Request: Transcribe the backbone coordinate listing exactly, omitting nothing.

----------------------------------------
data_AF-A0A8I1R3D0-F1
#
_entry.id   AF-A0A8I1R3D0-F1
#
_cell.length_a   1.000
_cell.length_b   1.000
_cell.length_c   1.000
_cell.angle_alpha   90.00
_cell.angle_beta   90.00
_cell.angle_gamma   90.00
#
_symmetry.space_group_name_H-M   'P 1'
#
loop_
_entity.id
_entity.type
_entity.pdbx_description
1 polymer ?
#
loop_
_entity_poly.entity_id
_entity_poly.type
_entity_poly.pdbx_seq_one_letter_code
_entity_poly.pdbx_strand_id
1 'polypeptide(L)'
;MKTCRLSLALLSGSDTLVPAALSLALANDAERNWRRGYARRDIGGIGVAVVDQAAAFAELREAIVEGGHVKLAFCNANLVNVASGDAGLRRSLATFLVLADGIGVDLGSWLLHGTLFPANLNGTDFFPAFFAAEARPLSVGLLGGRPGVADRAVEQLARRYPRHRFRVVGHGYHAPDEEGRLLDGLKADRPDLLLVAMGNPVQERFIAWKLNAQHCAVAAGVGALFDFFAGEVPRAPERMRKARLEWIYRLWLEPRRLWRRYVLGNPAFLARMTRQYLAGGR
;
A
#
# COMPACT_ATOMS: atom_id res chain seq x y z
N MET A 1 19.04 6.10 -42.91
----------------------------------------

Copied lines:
data_AF-A0A8I1R3D0-F1
#
_entry.id   AF-A0A8I1R3D0-F1
#
_cell.length_a   1.000
_cell.length_b   1.000
_cell.length_c   1.000
_cell.angle_alpha   90.00
_cell.angle_beta   90.00
_cell.angle_gamma   90.00
#
_symmetry.space_group_name_H-M   'P 1'
#
loop_
_entity.id
_entity.type
_entity.pdbx_description
1 polymer ?
#
loop_
_entity_poly.entity_id
_entity_poly.type
_entity_poly.pdbx_seq_one_letter_code
_entity_poly.pdbx_strand_id
1 'polypeptide(L)'
;MKTCRLSLALLSGSDTLVPAALSLALANDAERNWRRGYARRDIGGIGVAVVDQAAAFAELREAIVEGGHVKLAFCNANLVNVASGDAGLRRSLATFLVLADGIGVDLGSWLLHGTLFPANLNGTDFFPAFFAAEARPLSVGLLGGRPGVADRAVEQLARRYPRHRFRVVGHGYHAPDEEGRLLDGLKADRPDLLLVAMGNPVQERFIAWKLNAQHCAVAAGVGALFDFFAGEVPRAPERMRKARLEWIYRLWLEPRRLWRRYVLGNPAFLARMTRQYLAGGR
;
A
#
# COMPACT_ATOMS: atom_id res chain seq x y z
N MET A 1 19.04 6.10 -42.91